A report from Walter Football.com claims that Williams and LeGarrette Blount took too many short cuts in 2011 and were too wrapped up in partying. Williams would stay out late partying, and then would fall asleep in team meetings. Not only that, but he lost weight during the season and started to appear to be frail, making it difficult to get free from pressure. Williams had plunged to the fourth-round of the NFL draft in 2010 due to being lazy, and he has backed up that image in the pros.
Look at how much his game took a turn for the worse, noting that he caught 65 passes in each of his first two years. In his rookie year, he gained 964 yards, last year the yardage dropped to 771. His average was 14.8 as a rookie, but only 11.9 last year. He had 11 touchdowns as a rookie, but only three touchdowns in 2011. Finally, he caught 18 passes of at least 20 yards as a rookie, but only had nine in 2011. His game definitely went south.
I think Schiano is going to come in to the 2012 season, and he is going to look for somebody who he can use as an example; somebody he can really make a statement with. I suspect that soon enough, Williams will do something that gets him in the dog house, and just like that, he will be released by the Bucs.
Another long-standing NFL veteran who might be in jeopardy in the 2012 offseason is San Diego Chargers linebacker Takeo Spikes, according to this article from the Union Tribune San Diego.
The Chargers had signed Spikes originally to a three-year deal, but he was basically viewed as a one-year rental player. Spikes is now 35 years old, and clearly, he's in the twilight of his career.
The Chargers have a younger, cheaper player waiting in the wings in Jonas Mouton, who was injured last year.
If the Chargers keep Spikes, they would have to pay him $2.875 million in 2012. Mouton, on the other hand, is due $523,000, so this would save the Chargers more than $2 million.
If released, Spikes would likely resurface with another team, assuming that he still wants to continue to play.
While we are on the topic of the San Diego Chargers, another potential veteran casualty is defensive end Luis Castillo.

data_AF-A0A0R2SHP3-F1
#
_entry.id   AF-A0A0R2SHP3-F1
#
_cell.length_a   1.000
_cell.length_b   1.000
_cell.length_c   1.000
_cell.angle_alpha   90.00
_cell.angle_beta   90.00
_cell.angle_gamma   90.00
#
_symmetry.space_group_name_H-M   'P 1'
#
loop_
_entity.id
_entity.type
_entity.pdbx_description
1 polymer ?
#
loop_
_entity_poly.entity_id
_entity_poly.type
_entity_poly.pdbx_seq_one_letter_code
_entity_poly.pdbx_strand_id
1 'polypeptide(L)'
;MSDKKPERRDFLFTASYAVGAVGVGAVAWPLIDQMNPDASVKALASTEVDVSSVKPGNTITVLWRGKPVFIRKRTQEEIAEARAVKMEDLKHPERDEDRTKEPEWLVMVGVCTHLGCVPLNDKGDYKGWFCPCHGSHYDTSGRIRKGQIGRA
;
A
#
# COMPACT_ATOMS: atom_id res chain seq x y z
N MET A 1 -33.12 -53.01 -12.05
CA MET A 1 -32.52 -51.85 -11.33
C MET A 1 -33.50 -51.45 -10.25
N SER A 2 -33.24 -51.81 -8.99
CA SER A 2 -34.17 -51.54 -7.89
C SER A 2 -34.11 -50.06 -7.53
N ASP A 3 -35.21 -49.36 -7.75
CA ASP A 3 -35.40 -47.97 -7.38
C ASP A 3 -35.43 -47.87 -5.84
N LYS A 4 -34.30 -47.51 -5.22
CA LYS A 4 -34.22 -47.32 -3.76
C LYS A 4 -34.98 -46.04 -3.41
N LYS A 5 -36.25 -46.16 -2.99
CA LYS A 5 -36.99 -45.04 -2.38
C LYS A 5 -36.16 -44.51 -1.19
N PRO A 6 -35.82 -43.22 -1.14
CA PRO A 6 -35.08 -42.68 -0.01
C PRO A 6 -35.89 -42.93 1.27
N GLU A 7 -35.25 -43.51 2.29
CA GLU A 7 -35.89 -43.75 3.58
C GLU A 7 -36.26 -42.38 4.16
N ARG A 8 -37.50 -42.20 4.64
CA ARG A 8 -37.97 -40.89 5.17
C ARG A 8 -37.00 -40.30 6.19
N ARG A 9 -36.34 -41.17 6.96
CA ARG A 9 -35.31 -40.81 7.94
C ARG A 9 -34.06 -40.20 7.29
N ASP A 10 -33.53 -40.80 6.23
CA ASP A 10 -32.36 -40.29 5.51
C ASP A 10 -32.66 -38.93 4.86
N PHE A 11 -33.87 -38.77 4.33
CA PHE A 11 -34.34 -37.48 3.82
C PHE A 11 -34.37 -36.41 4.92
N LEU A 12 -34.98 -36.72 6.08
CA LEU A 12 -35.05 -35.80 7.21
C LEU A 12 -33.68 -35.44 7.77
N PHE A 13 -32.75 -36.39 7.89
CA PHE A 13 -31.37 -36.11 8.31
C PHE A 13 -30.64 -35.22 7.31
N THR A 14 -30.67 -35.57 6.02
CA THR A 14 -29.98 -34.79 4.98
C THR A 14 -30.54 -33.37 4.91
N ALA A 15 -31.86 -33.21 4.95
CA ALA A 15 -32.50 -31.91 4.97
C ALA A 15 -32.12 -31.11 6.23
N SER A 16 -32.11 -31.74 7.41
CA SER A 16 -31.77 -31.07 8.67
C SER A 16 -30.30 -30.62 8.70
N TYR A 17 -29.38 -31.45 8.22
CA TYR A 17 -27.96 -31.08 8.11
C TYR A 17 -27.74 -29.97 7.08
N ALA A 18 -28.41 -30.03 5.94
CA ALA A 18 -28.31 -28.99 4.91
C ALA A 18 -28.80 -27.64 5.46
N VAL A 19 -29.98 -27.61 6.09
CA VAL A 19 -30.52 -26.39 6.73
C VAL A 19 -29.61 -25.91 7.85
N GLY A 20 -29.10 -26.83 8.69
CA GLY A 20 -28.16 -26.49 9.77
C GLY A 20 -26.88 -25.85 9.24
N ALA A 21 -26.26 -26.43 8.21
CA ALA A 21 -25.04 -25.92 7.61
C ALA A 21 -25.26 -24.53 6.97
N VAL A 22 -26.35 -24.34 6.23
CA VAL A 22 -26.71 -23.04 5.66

Per the same article from the Union Tribune San Diego, the Chargers could clear all of the $6 million salary cap number for Castillo, except for $1.025 million, if they release him this offseason.
Since Castillo broke his leg in the opening game of 2011, the Chargers were able to get a good read on players like Vaughn Martin and Corey Liuget, and feel that they can adequately replace Castillo with the younger players.
Castillo hasn't exactly been lighting up opposing quarterbacks. Since 2006, the highest sacks total that Castillo posted is only 2.5. That isn't going to cut it for the $4.9 million base salary they are going to be paying him.
It doesn't hurt that they try to save some cap room in the process, especially if they are trying to free up money to retain Vincent Jackson.
It is always news when a Super Bowl championship team releases a key member of the team, but that might very well be the outcome this offseason for running back Brandon Jacobs and the New York Giants.
Brandon Jacobs will be entering the final season of his current contract in 2012, which calls for him to receive $4.4 million plus another $500,000 roster bonus which is due in March.
Jacobs has seen his production continue to drop. In the four years, his rushing totals have continued to drop every year, from 1,089 to 835 to 823 and now 571 yards last year.
The Giants used to rely on Jacobs to pick up the key yards for first downs to move the chains, but his ability to do that has continued to drop as well, with diminishing totals in the last four years; 57, 43, 39 and 32 first downs in 2011.